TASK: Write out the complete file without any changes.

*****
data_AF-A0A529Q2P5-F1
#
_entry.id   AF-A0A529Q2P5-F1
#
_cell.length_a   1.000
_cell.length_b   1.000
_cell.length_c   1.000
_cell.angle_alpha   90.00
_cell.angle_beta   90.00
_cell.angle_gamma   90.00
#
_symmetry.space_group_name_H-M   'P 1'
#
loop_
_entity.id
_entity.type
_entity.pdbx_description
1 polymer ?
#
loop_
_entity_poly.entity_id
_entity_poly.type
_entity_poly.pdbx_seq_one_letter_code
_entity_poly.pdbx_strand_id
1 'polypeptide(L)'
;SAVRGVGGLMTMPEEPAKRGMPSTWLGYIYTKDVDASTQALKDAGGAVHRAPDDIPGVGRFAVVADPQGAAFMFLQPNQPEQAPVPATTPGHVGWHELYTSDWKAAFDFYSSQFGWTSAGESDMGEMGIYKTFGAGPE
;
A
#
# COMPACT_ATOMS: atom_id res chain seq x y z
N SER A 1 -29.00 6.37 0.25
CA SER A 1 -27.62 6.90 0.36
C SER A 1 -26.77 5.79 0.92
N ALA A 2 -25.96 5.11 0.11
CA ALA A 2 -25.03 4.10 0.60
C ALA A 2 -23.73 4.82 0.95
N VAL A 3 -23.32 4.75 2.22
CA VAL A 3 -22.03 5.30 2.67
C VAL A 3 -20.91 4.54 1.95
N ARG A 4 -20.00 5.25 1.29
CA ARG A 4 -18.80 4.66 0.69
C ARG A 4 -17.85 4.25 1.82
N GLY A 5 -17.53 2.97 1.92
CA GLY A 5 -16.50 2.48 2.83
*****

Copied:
data_AF-A0A529Q2P5-F1
#
_entry.id   AF-A0A529Q2P5-F1
#
_cell.length_a   1.000
_cell.length_b   1.000
_cell.length_c   1.000
_cell.angle_alpha   90.00
_cell.angle_beta   90.00
_cell.angle_gamma   90.00
#
_symmetry.space_group_name_H-M   'P 1'
#
loop_
_entity.id
_entity.type
_entity.pdbx_description
1 polymer ?
#
loop_
_entity_poly.entity_id
_entity_poly.type
_entity_poly.pdbx_seq_one_letter_code
_entity_poly.pdbx_strand_id
1 'polypeptide(L)'
;SAVRGVGGLMTMPEEPAKRGMPSTWLGYIYTKDVDASTQALKDAGGAVHRAPDDIPGVGRFAVVADPQGAAFMFLQPNQPEQAPVPATTPGHVGWHELYTSDWKAAFDFYSSQFGWTSAGESDMGEMGIYKTFGAGPE
;
A
#
# COMPACT_ATOMS: atom_id res chain seq x y z
N SER A 1 -29.00 6.37 0.25
CA SER A 1 -27.62 6.90 0.36
C SER A 1 -26.77 5.79 0.92
N ALA A 2 -25.96 5.11 0.11
CA ALA A 2 -25.03 4.10 0.60
C ALA A 2 -23.73 4.82 0.95
N VAL A 3 -23.32 4.75 2.22
CA VAL A 3 -22.03 5.30 2.67
C VAL A 3 -20.91 4.54 1.95
N ARG A 4 -20.00 5.25 1.29
CA ARG A 4 -18.80 4.66 0.69
C ARG A 4 -17.85 4.25 1.82
N GLY A 5 -17.53 2.97 1.92
CA GLY A 5 -16.50 2.48 2.83